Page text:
Elon Musk to acquire Twitter for about $44 billion
After a crazy back and forth, Twitter has agreed that the richest man in the world will own the platform and make it private.
What you need to know
- Twitter will be bought Elon Musk for about $44 billion.
- The company will go private once the deal goes through.
- Twitter stockholders will receive $54.20 in cash for each share of Twitter common stock that they own upon closing of the proposed transaction.
Twitter has agreed to be bought for about $44 billion by SpaceX and Tesla founder Elon Musk, the company announced on Monday.
In a press release, Twitter said stockholders will receive $54.20 in cash for each share of Twitter common stock that they own upon closing the proposed transaction.
Upon completion of the transaction, "Twitter will become a privately held company."
"The Twitter Board conducted a thoughtful and comprehensive process to assess Elon's proposal with a deliberate focus on value, certainty, and financing. The proposed transaction will deliver a substantial cash premium, and we believe it is the best path forward for Twitter's stockholders," said Bret Taylor, Twitter's Independent Board Chair.
Twitter's CEO Parag Agarwal said, "Twitter has a purpose and relevance that impacts the entire world. Deeply proud of our teams and inspired by the work that has never been more important."
The deal came a day after Twitter’s board of directors met on Sunday morning to discuss Musk’s offer to buy the social media platform. The renewed interest comes several days after Musk announced that he had secured $46.5 billion in financing for his bid.
The news also comes a week after Twitter reportedly considered adopting a “poison pill” measure to block his takeover and protect shareholders.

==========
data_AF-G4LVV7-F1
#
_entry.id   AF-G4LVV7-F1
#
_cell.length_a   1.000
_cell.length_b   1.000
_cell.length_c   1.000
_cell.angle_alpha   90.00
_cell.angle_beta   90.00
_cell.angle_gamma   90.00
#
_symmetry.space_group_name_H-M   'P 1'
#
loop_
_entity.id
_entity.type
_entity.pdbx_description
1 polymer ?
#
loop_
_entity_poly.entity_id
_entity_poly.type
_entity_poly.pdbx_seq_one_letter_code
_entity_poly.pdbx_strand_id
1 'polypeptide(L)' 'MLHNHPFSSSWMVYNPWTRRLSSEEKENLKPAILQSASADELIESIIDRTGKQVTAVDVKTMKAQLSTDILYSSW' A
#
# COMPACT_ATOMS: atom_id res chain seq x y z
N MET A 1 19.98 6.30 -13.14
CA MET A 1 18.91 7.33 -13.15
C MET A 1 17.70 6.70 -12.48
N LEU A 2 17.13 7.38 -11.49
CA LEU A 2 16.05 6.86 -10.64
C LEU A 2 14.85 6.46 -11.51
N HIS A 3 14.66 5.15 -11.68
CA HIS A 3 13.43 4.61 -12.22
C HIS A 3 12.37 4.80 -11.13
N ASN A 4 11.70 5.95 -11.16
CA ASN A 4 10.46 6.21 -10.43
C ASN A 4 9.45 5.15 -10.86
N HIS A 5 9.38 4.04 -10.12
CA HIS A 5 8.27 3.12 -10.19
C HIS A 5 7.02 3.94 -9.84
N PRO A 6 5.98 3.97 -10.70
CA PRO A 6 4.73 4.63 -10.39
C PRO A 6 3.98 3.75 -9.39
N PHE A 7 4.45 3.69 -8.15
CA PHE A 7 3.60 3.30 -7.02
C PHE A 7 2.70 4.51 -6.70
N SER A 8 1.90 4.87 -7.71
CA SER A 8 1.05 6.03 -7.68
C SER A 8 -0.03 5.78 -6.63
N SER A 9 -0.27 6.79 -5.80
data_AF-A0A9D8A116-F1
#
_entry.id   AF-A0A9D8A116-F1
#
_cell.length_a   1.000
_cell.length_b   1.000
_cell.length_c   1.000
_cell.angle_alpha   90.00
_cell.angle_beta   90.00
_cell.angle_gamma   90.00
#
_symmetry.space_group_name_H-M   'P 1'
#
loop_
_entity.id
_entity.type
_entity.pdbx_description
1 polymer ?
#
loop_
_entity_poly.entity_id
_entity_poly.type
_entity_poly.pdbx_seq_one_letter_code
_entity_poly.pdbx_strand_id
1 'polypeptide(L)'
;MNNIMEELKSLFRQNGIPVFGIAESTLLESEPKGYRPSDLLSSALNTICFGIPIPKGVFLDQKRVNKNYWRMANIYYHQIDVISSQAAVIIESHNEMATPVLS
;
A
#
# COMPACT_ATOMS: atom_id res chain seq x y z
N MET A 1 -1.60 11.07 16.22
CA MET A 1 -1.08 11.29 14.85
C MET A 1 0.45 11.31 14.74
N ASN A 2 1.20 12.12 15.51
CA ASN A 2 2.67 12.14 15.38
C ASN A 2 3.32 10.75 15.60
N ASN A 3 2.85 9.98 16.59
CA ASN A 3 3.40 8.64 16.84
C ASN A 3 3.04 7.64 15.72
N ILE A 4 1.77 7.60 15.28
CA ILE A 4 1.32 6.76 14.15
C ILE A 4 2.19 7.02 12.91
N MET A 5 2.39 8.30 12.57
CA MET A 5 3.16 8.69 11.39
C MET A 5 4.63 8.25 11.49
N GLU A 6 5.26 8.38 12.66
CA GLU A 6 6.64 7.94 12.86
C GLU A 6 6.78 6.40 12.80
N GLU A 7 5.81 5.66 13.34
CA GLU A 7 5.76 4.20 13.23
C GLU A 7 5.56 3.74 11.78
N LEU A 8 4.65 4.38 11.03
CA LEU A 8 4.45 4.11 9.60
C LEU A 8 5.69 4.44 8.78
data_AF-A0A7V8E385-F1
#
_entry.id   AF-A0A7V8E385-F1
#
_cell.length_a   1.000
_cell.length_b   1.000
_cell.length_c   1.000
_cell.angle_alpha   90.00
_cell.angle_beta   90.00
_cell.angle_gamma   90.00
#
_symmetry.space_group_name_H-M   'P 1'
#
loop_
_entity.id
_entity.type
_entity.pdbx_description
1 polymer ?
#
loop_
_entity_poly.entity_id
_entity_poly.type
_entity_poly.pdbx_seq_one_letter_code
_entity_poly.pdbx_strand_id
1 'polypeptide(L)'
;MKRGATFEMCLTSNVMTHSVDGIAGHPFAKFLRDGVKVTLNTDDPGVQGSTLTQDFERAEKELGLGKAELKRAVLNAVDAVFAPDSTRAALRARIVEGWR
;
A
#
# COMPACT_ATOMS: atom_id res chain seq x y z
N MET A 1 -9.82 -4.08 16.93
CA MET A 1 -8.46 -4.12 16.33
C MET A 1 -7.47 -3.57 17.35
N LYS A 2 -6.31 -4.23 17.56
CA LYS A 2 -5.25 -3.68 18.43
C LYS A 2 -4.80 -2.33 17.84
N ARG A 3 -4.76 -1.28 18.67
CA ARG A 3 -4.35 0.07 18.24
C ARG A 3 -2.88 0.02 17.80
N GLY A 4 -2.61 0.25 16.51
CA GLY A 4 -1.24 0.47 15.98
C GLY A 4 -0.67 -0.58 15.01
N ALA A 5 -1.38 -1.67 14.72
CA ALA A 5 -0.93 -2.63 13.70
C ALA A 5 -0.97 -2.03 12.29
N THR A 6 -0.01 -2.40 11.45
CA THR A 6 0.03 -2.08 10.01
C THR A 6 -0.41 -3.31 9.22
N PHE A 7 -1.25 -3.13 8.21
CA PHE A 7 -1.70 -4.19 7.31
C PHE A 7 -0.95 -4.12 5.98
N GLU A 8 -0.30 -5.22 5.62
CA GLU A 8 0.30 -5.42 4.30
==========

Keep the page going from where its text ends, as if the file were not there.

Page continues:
Earlier this month, Musk offered to buy all of Twitter’s common stock for $54.20 per share. Musk stated in a letter to the SEC that Twitter has the potential to be “the platform for free speech around the globe.” This was after the richest man in the world had bought a 9.2% stake in Twitter worth $2.89 billion. At the time, he warned that if his offer were declined, he would have a "Plan B," although he did not go into detail about what that would entail.
Musk tweeted Monday afternoon before the deal was made that he hoped “even my worst critics remain on Twitter because that is what free speech means.”
In the press release, Musk said that "free speech is the bedrock of a functioning democracy, and Twitter is the digital town square where matters vital to the future of humanity are debated."
"I also want to make Twitter better than ever by enhancing the product with new features, making the algorithms open source to increase trust, defeating the spambots, and authenticating all humans. Twitter has tremendous potential – I look forward to working with the company and the community of users to unlock it," Musk said.
We don't know for sure what the new Twitter will look like, but there seems to be a lot of speculation.
Alex Kantrowitz, a writer of the Big Technology newsletter, tweeted: "Don't discount the possibility of Twitter becoming a paid subscription service if @elonmusk buys it. 1) Allows for free speech 2) Less incentive for bots and trolls 3) He can actually make money."
During a Ted Talk in Vancouver shortly after Musk announced wanting to buy Twitter, he said:
"If in doubt, let the speech exist... If it’s a grey area, I would say let the tweet exist… but obviously, in a case where there is a lot of controversy, that you do not necessarily want to promote that tweet."
Alex Heath, senior reporter for The Verge, tweeted details of Twitter's all-hands meeting following the announcement of the acquisition. It's suggested that there are many uncertainties regarding the next six months until the deal is expected to close. This includes who will be CEO following the purchase and whether or not to allow Donald Trump back to the platform. According to the tweets, the Twitter board will "cease to exist" when the deal closes, but the company does not plan to cut any jobs "at this time."
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Shruti Shekar is Android Central's managing editor. She was born in India, brought up in Singapore, but now lives in Toronto and couldn't be happier. She started her journalism career as a political reporter in Ottawa, Canada's capital, and then made her foray into tech journalism at MobileSyrup and most recently at Yahoo Finance Canada. When work isn't on her mind, she loves working out, reading thrillers, watching the Raptors, and planning what she's going to eat the next day.